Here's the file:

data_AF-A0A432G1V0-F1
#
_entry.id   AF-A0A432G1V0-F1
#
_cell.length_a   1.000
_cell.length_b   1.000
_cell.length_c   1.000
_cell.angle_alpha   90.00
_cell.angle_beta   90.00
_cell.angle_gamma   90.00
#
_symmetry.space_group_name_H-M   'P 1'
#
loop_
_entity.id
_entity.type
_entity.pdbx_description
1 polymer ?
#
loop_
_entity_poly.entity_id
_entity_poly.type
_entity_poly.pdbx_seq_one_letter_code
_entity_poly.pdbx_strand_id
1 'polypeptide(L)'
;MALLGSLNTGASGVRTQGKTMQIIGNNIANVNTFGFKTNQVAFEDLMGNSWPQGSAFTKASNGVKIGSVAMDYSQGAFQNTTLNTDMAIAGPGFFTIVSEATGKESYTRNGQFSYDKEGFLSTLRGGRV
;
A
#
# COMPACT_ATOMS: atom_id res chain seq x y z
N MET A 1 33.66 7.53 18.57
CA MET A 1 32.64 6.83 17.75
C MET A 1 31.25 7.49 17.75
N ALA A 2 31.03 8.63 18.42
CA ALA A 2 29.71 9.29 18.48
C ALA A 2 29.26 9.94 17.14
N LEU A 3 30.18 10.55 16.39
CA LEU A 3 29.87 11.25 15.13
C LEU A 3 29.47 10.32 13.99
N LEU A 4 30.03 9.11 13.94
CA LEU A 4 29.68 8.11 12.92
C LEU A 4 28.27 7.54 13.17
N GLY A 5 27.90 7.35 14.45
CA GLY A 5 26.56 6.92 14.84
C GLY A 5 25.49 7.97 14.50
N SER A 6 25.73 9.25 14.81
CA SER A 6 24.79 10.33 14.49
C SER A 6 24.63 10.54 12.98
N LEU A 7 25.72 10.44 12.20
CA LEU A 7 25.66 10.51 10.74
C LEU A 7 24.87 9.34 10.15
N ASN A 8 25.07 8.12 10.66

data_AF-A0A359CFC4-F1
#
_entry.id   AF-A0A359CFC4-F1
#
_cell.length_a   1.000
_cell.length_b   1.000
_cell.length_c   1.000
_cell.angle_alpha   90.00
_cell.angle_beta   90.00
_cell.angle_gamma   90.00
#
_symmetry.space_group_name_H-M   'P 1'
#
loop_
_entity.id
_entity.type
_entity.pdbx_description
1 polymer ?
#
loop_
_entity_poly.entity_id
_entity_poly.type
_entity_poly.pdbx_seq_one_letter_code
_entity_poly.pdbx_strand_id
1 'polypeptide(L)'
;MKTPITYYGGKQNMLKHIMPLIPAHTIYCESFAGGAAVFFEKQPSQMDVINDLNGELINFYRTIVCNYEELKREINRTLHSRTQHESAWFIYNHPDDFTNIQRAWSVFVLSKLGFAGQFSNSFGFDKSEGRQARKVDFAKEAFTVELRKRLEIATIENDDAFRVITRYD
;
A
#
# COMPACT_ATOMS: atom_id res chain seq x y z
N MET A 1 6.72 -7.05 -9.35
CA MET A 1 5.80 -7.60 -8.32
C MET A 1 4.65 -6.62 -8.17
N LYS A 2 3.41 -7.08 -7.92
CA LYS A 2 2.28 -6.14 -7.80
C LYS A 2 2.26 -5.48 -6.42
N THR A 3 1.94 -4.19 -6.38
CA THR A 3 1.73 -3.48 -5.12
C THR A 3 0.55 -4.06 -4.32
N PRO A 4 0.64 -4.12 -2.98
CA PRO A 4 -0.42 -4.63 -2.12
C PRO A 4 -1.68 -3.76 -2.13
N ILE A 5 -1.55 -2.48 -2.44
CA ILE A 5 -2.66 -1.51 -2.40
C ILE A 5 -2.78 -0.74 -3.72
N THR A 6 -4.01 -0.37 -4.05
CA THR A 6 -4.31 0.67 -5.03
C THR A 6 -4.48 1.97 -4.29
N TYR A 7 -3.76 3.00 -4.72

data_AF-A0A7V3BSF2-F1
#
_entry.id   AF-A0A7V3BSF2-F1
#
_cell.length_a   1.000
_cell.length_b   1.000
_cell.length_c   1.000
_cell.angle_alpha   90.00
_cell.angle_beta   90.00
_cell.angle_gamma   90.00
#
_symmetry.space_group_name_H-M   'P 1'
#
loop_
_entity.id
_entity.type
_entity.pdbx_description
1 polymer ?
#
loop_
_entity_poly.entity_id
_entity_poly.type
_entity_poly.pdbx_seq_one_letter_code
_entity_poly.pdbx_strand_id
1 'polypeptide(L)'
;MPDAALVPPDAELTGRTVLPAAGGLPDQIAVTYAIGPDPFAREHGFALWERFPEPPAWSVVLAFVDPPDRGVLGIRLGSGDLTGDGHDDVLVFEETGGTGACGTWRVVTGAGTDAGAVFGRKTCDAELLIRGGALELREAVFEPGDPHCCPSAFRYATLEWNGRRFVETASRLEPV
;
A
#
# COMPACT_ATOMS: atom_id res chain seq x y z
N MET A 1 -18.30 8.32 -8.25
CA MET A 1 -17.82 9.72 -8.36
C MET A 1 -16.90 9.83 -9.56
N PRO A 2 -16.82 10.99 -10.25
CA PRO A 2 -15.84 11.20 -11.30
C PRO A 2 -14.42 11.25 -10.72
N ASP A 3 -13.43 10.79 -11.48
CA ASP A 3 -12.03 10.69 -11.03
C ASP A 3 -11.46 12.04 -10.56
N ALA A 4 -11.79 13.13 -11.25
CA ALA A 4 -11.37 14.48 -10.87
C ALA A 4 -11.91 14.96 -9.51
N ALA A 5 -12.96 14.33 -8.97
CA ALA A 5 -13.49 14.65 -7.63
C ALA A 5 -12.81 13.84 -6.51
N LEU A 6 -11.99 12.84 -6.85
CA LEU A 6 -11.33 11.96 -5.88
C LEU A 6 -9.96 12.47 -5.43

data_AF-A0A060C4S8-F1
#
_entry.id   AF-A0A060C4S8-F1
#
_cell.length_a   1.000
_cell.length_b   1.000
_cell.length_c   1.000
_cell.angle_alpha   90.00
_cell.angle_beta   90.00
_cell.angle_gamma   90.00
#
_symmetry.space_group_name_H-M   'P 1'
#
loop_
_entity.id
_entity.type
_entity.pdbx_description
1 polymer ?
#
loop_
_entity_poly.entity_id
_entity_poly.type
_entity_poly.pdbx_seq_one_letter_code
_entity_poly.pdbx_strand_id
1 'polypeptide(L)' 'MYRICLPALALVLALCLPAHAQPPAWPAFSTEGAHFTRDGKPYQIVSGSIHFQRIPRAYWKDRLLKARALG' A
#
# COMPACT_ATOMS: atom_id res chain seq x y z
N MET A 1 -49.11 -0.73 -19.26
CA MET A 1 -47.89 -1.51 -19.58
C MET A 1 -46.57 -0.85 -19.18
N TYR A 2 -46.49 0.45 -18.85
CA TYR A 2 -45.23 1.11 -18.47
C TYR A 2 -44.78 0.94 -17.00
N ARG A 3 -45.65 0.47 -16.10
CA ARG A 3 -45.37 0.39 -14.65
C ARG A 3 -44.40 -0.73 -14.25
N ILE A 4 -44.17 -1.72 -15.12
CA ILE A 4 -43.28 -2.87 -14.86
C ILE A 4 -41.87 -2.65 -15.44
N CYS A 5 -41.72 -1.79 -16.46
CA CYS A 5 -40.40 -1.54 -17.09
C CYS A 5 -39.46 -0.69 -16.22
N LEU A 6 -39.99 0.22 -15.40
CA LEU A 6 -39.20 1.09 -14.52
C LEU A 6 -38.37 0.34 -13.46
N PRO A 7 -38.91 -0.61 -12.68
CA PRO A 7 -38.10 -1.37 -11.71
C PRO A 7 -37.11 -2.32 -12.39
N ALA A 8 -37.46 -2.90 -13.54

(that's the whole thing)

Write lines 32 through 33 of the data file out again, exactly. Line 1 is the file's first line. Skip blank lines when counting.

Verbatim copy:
CA MET A 1 32.64 6.83 17.75
C MET A 1 31.25 7.49 17.75